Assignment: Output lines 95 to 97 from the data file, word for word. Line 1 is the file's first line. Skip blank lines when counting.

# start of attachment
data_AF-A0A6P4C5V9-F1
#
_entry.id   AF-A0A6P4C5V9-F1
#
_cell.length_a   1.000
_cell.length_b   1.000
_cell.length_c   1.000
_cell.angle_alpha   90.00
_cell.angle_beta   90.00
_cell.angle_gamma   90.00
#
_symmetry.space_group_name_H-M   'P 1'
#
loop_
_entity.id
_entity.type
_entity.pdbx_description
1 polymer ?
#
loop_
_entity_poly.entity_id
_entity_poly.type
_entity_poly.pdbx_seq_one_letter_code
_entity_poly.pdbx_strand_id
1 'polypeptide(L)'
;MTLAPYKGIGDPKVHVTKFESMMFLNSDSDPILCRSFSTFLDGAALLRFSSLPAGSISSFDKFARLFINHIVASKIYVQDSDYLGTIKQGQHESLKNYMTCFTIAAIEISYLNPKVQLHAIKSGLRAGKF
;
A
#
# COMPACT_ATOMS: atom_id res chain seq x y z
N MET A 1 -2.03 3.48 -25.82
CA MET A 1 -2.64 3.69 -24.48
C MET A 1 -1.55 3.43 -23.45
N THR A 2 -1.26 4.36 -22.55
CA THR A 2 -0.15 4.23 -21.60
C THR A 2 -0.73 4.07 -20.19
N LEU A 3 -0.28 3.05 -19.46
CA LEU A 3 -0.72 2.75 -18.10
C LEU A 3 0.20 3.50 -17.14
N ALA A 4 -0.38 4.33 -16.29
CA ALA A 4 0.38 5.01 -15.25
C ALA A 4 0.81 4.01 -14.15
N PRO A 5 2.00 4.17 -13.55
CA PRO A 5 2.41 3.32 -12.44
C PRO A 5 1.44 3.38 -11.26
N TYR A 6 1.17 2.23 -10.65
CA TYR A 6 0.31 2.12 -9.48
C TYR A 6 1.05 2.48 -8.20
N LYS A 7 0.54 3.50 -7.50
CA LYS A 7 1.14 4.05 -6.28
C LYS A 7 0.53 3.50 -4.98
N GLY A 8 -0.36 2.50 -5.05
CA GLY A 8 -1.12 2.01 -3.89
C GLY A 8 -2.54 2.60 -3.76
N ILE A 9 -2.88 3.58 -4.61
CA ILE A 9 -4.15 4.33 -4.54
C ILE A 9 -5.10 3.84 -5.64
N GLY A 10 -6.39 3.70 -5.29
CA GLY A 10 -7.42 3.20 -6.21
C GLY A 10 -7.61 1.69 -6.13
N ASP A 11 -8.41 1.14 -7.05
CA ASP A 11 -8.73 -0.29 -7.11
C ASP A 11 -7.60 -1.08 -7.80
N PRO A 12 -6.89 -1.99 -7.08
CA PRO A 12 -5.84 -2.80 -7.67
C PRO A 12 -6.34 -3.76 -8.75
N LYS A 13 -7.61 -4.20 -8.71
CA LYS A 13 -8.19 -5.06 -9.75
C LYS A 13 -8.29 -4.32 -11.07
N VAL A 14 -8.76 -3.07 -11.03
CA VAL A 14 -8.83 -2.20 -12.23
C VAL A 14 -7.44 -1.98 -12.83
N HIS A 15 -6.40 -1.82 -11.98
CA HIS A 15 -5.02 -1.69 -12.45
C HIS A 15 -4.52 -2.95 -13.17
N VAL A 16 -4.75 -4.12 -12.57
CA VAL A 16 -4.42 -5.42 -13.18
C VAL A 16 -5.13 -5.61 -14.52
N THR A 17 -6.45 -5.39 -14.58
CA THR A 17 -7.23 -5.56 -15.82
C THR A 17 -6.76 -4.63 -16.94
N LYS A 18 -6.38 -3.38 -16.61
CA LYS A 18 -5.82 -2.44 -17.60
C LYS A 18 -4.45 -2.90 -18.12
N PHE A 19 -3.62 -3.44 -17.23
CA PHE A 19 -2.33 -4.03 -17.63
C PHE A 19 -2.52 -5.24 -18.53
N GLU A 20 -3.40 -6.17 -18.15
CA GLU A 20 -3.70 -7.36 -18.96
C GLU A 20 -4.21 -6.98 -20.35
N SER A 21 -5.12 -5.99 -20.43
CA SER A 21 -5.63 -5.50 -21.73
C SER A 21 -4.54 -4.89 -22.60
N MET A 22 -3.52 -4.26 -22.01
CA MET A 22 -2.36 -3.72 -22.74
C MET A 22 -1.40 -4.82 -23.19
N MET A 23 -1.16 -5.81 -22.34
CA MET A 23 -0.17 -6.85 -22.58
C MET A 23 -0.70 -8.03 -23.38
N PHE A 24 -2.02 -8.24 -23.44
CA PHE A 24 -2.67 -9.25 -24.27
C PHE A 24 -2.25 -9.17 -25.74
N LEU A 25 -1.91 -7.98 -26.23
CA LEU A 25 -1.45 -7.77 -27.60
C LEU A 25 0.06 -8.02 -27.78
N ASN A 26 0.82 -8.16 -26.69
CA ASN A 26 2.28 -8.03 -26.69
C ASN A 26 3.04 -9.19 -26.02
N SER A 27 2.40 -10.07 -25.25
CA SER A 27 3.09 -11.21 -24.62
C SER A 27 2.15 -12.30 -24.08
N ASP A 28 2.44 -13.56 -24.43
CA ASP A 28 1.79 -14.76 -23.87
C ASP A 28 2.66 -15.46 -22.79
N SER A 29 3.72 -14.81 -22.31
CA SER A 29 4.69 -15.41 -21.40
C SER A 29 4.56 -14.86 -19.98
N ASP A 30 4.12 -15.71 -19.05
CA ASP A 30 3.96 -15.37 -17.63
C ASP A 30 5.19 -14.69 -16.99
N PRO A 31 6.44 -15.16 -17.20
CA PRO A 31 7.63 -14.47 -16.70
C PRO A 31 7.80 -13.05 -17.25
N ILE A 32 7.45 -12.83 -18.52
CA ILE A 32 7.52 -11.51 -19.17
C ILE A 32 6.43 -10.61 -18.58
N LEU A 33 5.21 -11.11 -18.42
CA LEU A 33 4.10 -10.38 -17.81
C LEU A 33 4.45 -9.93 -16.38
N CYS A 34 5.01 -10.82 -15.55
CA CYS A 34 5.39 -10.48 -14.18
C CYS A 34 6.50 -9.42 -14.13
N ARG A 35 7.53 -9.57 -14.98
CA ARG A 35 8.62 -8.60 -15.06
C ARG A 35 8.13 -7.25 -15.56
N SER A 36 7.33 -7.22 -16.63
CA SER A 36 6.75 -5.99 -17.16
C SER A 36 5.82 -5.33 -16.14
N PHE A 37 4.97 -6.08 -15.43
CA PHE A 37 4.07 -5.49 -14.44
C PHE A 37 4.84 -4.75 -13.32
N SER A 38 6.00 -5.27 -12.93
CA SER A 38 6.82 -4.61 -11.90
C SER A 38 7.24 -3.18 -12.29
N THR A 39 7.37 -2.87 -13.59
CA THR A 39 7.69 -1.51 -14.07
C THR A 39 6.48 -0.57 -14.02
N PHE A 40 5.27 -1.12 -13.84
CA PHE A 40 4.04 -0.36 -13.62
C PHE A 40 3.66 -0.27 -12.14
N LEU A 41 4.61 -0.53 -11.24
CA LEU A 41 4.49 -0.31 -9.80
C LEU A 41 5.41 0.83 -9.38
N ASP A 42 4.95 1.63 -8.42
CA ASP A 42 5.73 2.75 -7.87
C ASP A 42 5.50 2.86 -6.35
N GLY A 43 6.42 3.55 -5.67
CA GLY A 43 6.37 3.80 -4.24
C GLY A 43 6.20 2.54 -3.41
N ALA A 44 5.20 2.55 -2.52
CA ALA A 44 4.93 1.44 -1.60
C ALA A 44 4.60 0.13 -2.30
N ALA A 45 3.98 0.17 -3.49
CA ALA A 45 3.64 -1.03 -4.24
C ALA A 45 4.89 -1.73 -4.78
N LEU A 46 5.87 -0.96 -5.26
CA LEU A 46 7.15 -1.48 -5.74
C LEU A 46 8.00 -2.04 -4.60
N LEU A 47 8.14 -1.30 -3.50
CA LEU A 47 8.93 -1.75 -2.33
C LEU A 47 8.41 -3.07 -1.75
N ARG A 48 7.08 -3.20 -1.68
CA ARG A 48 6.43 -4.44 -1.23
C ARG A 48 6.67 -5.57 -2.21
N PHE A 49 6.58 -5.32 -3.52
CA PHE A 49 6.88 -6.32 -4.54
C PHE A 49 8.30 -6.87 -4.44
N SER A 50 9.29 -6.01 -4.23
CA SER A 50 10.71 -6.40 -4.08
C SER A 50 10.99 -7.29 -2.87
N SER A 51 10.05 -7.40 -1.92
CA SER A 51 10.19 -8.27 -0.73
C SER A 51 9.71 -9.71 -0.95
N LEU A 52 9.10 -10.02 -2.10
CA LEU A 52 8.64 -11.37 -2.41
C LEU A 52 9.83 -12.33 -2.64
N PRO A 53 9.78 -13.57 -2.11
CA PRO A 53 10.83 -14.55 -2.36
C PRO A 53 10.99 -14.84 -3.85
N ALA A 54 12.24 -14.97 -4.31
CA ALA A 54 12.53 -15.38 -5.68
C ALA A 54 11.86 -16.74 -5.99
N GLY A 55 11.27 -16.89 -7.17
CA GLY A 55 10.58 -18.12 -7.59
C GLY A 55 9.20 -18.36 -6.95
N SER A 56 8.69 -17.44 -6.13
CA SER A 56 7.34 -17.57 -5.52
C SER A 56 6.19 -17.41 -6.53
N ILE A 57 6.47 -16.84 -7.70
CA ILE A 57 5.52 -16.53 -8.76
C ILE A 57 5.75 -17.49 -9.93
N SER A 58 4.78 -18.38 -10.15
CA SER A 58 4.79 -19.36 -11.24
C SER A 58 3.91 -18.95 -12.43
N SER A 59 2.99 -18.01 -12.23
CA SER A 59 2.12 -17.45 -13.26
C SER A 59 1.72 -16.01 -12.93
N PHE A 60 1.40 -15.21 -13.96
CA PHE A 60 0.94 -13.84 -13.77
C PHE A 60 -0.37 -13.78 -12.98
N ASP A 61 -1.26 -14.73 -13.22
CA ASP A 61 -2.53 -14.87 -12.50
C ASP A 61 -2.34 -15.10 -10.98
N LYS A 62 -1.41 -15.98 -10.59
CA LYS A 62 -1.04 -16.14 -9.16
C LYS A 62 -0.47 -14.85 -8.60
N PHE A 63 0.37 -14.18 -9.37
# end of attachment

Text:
CA MET A 22 -2.36 -3.72 -22.74
C MET A 22 -1.40 -4.82 -23.19
N MET A 23 -1.16 -5.81 -22.34